Innovative Financing Model Supports Sustainable Technologies

(3BL Media/Justmeans) – Large, centralized utility companies continue to dominate the U.S. market, but they are no longer the sole players in the business. The market is gradually shifting towards a more decentralized infrastructure. Over 500,000 American homes have gone solar, and the movement is not restricted to energy alone. Many American households are buying food produced by local, sustainable farms rather than large agribusinesses. Some businesses are beginning to generate their own clean water.

However, the challenge is to find capital investment for hundreds and thousands of small sustainability projects. Large banks and financial institutions are not ready to back small projects, or they simply do not understand this new emerging market. This is where an innovative financing company such as Generate Capital comes in. This San Francisco start-up is co-founded by Scott Jacobs, who earlier helped found McKinsey’s clean tech practice and EFW, a resource-focused investment firm.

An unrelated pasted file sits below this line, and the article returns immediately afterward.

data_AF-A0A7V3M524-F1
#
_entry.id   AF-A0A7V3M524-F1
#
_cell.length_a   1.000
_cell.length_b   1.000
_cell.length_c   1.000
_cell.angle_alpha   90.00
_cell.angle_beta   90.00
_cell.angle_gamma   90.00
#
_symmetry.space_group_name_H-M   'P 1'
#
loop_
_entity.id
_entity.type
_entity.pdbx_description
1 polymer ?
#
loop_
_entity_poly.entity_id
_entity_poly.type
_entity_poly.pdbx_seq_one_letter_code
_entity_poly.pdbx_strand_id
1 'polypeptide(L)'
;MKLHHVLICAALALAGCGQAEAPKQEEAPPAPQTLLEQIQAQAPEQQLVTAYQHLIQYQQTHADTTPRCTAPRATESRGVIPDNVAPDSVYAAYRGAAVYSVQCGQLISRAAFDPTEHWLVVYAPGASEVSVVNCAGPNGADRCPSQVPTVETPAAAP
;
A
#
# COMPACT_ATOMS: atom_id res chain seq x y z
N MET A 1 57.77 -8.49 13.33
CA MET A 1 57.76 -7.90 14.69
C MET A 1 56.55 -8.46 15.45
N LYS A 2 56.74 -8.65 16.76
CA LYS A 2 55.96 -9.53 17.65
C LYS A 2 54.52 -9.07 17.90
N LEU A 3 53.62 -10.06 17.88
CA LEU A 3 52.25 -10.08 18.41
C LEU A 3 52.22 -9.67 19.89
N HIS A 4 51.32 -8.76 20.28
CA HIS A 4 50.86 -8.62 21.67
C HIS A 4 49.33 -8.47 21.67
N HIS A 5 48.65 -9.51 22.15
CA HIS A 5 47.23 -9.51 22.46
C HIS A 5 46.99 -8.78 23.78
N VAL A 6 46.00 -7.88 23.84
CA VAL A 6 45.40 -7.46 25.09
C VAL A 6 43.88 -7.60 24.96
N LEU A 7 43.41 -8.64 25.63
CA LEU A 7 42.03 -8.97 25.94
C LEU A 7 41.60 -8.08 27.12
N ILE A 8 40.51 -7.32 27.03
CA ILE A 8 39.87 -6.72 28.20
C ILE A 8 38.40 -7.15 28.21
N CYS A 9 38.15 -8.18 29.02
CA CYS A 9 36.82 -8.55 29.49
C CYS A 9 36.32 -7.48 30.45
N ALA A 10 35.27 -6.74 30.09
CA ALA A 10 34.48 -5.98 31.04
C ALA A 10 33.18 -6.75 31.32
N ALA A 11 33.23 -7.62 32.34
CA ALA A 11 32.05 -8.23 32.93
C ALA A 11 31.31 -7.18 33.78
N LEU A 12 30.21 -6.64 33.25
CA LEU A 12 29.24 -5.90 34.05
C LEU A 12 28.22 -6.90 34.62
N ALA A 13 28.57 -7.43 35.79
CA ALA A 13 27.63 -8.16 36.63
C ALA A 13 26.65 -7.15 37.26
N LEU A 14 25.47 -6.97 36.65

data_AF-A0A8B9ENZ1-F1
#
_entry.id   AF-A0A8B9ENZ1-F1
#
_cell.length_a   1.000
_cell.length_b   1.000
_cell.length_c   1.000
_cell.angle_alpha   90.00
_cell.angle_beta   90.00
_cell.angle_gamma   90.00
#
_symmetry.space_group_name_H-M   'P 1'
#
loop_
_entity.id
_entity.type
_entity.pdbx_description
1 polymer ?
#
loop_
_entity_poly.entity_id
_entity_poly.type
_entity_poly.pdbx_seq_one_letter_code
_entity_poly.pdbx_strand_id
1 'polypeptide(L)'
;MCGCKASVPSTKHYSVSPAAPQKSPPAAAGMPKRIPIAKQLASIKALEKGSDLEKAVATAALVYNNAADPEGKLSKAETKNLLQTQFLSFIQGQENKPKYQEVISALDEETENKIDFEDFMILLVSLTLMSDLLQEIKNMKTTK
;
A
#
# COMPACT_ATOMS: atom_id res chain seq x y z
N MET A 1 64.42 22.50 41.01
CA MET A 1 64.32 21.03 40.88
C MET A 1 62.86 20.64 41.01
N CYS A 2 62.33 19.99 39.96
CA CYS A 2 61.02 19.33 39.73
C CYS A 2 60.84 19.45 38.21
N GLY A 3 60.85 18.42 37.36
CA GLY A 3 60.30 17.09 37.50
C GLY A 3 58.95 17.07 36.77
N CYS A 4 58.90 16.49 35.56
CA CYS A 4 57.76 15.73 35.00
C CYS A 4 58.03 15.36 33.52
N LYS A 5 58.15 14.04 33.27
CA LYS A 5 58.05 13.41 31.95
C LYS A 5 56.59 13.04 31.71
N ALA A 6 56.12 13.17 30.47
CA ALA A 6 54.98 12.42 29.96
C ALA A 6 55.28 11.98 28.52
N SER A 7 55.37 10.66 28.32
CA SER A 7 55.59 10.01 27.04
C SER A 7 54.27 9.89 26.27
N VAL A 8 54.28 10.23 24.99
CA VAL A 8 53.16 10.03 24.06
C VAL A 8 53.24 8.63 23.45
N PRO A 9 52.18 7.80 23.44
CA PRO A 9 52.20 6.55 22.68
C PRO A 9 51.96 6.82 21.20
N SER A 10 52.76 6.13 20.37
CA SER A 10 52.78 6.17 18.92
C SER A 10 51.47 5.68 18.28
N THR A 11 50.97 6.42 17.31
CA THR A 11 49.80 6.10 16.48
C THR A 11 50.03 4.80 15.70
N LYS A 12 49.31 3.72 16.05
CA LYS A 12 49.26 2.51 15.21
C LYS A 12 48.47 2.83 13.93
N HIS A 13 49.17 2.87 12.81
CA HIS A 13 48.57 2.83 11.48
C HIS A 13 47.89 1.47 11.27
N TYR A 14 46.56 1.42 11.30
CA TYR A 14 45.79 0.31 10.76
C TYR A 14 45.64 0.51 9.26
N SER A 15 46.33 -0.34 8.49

Generate Capital will finance small- and medium-sized projects in energy, storage, clean water, efficiency, combined heat and power, among other things. General Capital has been able to raise funds from prominent investors such as Jason Fish, co-founder of Alliance Partners, a Chevy Chase asset management firm, and Liesel Pritzker Simmons, an heiress of Chicago’s Pritzer family.

Generate Capital was co-founded by Jigar Shah, who previously started SunEdison, a financer of solar projects with a market cap today of $5.6 billion. SunEdison would purchase the equipment, and “lease” out to customers, so that they did not have to pay large sums of cash up front for the solar panels. Shah says that the success of the solar industry lies in helping the customers buy with no money down.

Now Shah plans to apply that same finance model to all the other resource efficiency technologies. He believes the company can produce healthy returns from financing these sectors with hundreds of investments as small as $1 million each. The company is already underwriting projects in energy storage and solar hot water for businesses, municipalities and utilities.

Source: Fortune

Image Credit: Flickr via NASA Goddard